Congratulations to the successful PSi Regional Cluster team and community partners – led by Tria Blu Wakpa from UCLA. We’re delighted to support this innovative, inclusive process of gathering and discovery. For more information, please find images attached, and an introduction to the project by Tria Blu Wakpa below.
Revitalizing and Innovating California Indian Dances Gathering and Presentation
In her innovative dissertation, Indigenous Artists, Ingenuity, and Resistance at the California Missions After 1769, Yve Barthelemy Chavez (Gabrielino/Tongva, Tohono O’odham, Akimel O’odham) writes: “This is the first time that California Indian dances have appeared in an art historical study of the California missions. A topic worthy of closer investigation, dance was and remains a vital component of coastal Southern California Indian culture” (2017, 206). Chavez’s words and her dissertation more broadly—which does not have an end date—urge us to consider the enduring impacts of the missions on California Indian peoples as well as the ways that they have negotiated and continue to negotiate these legacies for their own purposes. Although in the contemporary moment, many California Indian peoples continue to practice their dances, given the ongoing effects of the California missions and colonization more broadly on California Indian bodies and movement forms, many tribes are actively working to revitalize and innovate their dances. Yet, California Indian nations have largely lacked structural mechanisms to support this work.
A Performance Studies international Regional Cluster Grant will aid in bringing together key California Indian cultural leaders together to exchange ideas about their contemporary dance practices. Reminiscent of precolonial pan-California Indian gatherings, the daylong event will bring together representatives of four California tribal nations—the Tongva, Chumash, Costanoan Rumsen Carmel Tribe/Ohlone, and Winnemem Wintu—to network about revitalizing their Native dances and songs and contribute to the scholarship on Indigenous dance. In particular, the gathering will feature: Tina and Jessa Calderon (Tongva and Chumash); Deborah Sanchez (Chumash); Chief Caleen Sisk and Pom Tuiimyali (Winnemem Wintu); and Desiree Munoz and Carla Marie (Costanoan Rumsen Carmel Tribe/Ohlone), all of whom are respected in their tribal communities. Although California Indian peoples have diverse cultures, each of the four aforementioned nations is a “water tribe” with a traditional territory beside an ocean or another large body of water. Each tribal nation also has dances that draw on the embodied knowledge of more than human relatives who are also inextricably connected to the water—such as dolphins, salmon, and swordfish.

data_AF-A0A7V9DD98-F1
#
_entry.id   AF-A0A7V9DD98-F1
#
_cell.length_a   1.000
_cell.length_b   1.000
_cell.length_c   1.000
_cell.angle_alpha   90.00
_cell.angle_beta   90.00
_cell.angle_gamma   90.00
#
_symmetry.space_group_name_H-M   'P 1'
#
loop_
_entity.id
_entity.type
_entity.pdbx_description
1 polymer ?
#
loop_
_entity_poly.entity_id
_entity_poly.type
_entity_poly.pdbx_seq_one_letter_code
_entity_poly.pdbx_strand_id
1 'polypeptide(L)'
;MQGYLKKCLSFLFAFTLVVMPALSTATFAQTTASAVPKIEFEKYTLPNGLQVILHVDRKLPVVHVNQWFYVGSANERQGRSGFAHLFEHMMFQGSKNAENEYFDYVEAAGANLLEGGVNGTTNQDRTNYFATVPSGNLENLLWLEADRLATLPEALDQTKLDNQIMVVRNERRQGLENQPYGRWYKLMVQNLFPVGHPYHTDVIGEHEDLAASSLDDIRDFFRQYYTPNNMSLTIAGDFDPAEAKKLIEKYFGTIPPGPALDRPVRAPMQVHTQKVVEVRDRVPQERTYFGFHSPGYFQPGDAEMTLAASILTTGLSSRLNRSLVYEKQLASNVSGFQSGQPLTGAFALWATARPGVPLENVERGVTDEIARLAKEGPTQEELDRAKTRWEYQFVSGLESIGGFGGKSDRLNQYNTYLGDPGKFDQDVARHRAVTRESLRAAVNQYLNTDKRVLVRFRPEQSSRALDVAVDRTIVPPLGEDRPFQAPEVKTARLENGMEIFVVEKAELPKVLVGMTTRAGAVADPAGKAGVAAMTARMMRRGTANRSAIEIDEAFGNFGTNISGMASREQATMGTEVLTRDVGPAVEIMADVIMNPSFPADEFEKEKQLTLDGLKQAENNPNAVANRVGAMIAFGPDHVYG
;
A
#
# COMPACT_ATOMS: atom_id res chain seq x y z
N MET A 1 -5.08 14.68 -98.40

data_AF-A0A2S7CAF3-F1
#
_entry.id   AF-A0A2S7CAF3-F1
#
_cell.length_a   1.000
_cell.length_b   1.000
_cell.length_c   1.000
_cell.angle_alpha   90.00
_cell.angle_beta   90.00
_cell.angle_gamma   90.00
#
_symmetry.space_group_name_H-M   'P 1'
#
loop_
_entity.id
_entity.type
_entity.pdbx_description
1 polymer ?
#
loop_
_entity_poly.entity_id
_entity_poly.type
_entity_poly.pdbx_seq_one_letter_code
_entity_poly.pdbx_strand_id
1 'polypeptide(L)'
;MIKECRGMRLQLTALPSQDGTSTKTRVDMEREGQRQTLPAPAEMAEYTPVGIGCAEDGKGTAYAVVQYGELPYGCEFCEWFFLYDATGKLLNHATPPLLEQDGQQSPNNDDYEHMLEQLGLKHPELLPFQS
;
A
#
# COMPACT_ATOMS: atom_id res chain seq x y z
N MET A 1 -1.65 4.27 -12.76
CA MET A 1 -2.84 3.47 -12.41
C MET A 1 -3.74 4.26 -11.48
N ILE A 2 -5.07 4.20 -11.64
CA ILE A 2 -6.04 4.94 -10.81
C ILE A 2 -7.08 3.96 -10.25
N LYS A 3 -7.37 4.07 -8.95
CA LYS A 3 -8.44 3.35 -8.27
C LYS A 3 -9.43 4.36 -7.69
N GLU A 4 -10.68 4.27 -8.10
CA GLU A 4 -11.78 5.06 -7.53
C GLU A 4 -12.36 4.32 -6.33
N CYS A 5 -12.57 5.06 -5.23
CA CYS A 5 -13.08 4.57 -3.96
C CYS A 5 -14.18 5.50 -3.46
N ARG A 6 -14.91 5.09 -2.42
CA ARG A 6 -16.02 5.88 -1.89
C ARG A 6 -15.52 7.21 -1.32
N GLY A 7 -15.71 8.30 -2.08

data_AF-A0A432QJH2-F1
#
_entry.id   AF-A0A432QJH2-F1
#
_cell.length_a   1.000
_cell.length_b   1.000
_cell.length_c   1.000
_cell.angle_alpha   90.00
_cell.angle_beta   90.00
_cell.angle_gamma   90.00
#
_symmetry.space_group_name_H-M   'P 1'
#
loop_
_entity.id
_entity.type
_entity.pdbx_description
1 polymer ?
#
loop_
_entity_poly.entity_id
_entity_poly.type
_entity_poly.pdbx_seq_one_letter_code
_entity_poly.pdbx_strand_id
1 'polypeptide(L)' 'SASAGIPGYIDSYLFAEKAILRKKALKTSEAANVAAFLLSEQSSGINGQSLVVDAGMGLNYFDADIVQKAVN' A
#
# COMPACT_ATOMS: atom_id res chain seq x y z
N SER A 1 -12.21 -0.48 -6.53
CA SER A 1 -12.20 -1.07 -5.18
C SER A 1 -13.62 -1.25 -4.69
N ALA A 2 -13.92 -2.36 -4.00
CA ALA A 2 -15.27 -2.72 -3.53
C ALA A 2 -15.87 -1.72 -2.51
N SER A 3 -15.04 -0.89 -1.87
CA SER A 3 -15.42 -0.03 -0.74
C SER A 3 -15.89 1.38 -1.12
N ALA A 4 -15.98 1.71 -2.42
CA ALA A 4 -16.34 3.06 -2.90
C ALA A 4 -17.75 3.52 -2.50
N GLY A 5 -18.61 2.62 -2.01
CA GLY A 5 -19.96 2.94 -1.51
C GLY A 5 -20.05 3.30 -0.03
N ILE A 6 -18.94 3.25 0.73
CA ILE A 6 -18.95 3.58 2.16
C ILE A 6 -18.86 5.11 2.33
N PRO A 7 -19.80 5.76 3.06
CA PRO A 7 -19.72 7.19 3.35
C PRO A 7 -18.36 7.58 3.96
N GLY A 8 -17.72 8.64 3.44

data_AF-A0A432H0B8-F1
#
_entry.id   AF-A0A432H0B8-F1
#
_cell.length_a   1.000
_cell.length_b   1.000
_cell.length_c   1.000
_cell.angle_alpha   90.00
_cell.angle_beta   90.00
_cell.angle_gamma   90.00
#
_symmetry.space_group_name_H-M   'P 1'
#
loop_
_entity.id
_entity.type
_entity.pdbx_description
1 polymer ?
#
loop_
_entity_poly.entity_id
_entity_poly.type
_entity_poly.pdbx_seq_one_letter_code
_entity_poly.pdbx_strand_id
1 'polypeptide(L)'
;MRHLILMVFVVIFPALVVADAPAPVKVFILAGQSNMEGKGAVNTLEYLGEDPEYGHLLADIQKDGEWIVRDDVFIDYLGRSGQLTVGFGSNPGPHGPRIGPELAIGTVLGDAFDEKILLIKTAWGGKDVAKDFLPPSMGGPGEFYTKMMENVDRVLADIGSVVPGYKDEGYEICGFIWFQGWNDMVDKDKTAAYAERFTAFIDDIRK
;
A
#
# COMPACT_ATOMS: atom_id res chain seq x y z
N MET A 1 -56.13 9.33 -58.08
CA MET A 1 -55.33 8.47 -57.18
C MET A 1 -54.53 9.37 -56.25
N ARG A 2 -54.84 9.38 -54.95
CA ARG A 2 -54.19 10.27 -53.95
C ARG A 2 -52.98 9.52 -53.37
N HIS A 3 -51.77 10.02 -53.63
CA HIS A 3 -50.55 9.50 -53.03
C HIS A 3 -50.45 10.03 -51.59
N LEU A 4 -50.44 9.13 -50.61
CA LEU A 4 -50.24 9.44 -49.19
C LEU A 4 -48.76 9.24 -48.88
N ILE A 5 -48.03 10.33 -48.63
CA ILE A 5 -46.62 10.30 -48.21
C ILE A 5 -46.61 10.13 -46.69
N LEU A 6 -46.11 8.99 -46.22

Because of the uneven ways that the California missions have targeted California Indian peoples, and the different approaches they have taken to revitalizing and innovating their dances, there is tremendous potential for California Indian peoples from nations directly impacted and not directly impacted by the missions to learn from one another. Although the Winnemem Wintu were not involved in the California mission system, the revitalization and innovation of their dances has been at the forefront of the tribal nation’s contemporary strategies to resist the desecration of their tribal lands and the genocide of their other than human relatives—namely, salmon.
The gathering will occur on Tongva lands. With respect for tribal knowledge and protocol, the event will also be closed to the public throughout the days. However, there will be an evening presentation in which tribal representatives will report to the public based on what they deem is appropriate knowledge to share. Outcomes of the gathering will be: gathering proceedings and a peer-reviewed publication on the gathering’s public presentation as well as co-written, peer-reviewed publications on the revitalization and innovation of a particular dance from the Tongva, Chumash, Costanoan Rumsen Carmel Tribe/Ohlone, and Winnemem Wintu nations.